Within Janie’s Mill, there are two Denmark-sourced ENGSKO mills that grind the organic grains. Both mills differ in their speed of processing as well as the bran content within the final flour product. With the faster one leaving the bran untouched and the slower one removing a bit of bran from the grains, they allow for a variety of flour products to be made ranging from a rate of 350-450 pounds per hour.

If it is not the company’s “nutritious and delicious” selling point driving people to their business, their unique offering of organic stone ground products surely is. They provide a wide variety of flours for different baked goods along with rye, buckwheat, and corn meal varieties. Jill explained that she has seen a growing popularity of their ancient and heirloom flours among their customers. For other food savvy customers with additional baking or cooking needs, Janie’s Mill also offers flaked grains, wheat berries, and grits.

Even though the company now has a mix of wholesale and retail customers, this was not always the case. Early on, they recognized that their grain products suited the needs of those in the professional food industry and gravitated toward targeting them with wholesale offerings. This was a large marketing endeavor for the company that was supported by their first successful experience with the Value-Added Producer Grant (VAPG) in 2018.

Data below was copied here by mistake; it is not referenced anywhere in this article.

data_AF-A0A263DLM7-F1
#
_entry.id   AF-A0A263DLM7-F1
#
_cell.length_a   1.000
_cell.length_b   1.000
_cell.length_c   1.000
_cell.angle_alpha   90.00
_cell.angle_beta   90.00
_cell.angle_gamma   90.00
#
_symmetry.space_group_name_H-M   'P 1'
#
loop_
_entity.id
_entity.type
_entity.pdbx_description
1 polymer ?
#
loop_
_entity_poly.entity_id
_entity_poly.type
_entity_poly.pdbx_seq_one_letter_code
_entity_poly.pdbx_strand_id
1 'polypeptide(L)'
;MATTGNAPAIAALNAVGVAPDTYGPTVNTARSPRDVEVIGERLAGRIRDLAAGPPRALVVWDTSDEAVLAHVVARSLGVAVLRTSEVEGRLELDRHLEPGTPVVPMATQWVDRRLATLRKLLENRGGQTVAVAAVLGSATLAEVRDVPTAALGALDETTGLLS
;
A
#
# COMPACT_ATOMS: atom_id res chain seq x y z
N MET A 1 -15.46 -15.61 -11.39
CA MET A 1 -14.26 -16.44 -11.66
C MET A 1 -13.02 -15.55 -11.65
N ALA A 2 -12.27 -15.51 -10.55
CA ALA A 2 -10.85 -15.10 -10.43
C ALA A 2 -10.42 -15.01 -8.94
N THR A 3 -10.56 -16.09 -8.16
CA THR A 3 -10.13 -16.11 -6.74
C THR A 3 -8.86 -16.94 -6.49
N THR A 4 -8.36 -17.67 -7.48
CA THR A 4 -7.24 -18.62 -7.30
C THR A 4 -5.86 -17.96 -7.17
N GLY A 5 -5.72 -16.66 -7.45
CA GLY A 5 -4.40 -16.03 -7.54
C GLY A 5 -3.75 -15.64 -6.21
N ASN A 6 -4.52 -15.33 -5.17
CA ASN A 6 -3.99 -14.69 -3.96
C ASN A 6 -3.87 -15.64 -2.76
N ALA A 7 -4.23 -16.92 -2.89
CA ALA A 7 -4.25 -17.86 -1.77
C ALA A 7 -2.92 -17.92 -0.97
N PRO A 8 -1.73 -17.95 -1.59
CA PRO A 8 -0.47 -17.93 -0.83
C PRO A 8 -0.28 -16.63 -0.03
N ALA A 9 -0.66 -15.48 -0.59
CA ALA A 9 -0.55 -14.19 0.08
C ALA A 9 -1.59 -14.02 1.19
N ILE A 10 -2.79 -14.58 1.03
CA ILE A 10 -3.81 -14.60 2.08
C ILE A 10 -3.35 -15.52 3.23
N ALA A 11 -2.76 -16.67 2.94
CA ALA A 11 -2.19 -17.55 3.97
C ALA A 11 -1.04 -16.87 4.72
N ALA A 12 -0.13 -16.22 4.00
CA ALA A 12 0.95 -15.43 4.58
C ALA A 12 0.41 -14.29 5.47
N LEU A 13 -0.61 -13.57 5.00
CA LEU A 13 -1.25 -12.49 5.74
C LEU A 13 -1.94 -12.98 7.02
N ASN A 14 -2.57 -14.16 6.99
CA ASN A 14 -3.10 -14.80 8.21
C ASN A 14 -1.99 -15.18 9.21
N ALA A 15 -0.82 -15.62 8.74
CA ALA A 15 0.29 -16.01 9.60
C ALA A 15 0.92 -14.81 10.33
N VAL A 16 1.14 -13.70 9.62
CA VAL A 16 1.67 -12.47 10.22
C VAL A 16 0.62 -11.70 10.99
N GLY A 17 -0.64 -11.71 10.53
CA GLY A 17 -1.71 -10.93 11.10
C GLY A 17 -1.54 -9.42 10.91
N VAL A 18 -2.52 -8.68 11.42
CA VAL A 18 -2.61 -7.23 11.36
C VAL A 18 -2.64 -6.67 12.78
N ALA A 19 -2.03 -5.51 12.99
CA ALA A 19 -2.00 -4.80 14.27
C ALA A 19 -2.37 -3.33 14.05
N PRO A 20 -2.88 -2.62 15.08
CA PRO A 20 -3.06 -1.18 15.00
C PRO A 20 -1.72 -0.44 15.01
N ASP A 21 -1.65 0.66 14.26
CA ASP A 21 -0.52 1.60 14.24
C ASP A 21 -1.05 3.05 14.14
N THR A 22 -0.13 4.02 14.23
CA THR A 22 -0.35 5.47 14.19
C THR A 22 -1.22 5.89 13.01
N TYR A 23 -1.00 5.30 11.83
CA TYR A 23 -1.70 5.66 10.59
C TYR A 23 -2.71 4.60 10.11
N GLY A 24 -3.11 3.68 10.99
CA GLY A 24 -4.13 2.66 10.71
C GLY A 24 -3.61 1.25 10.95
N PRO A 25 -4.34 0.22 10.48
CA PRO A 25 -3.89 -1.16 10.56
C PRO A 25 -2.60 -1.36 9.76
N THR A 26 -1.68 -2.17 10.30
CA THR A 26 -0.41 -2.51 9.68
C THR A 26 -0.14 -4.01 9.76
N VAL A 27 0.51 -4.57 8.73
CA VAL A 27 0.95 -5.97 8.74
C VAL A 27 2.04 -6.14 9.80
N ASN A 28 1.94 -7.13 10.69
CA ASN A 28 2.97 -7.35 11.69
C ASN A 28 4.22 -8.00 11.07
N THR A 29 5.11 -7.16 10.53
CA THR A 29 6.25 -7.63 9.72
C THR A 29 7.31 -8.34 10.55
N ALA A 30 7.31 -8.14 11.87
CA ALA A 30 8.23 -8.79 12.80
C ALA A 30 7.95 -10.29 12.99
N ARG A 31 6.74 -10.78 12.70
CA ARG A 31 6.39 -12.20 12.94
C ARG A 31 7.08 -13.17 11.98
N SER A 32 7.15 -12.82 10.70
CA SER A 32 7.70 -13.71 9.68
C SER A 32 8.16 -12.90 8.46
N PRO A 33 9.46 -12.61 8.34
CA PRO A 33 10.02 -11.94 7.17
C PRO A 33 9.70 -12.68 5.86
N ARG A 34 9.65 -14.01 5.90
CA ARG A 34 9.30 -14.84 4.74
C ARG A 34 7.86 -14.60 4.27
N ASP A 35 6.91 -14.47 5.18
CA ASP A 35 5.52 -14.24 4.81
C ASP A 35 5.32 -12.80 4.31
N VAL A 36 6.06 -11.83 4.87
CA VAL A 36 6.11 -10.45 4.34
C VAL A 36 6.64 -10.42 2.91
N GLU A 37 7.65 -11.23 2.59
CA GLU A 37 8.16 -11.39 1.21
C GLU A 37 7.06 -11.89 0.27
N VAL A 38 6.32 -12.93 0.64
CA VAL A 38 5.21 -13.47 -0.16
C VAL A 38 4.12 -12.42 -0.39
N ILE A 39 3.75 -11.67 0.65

Being financed for the next three years through the VAPG’s reimbursement process was impactful for milling labor costs and the marketing revamp of the company. The business sought the attention of new wholesale customers through updated packaging as well as a user-friendly website for online sales. As Harold stated, this initial grant was beneficial “to get us on the map of milling and providing product.”

Just as the company was beginning to settle into this newfound wholesale customer base, however, the COVID-19 pandemic caused them to restructure their plans. Many of the bakers and chefs to which they were supplying their products were not able to continue operating during the shutdown. With no wholesale opportunities, business slowed considerably for Janie’s Mill in March of 2020. Fortunately, their established e-commerce platform was still available, drawing in an unexpected boom of sales.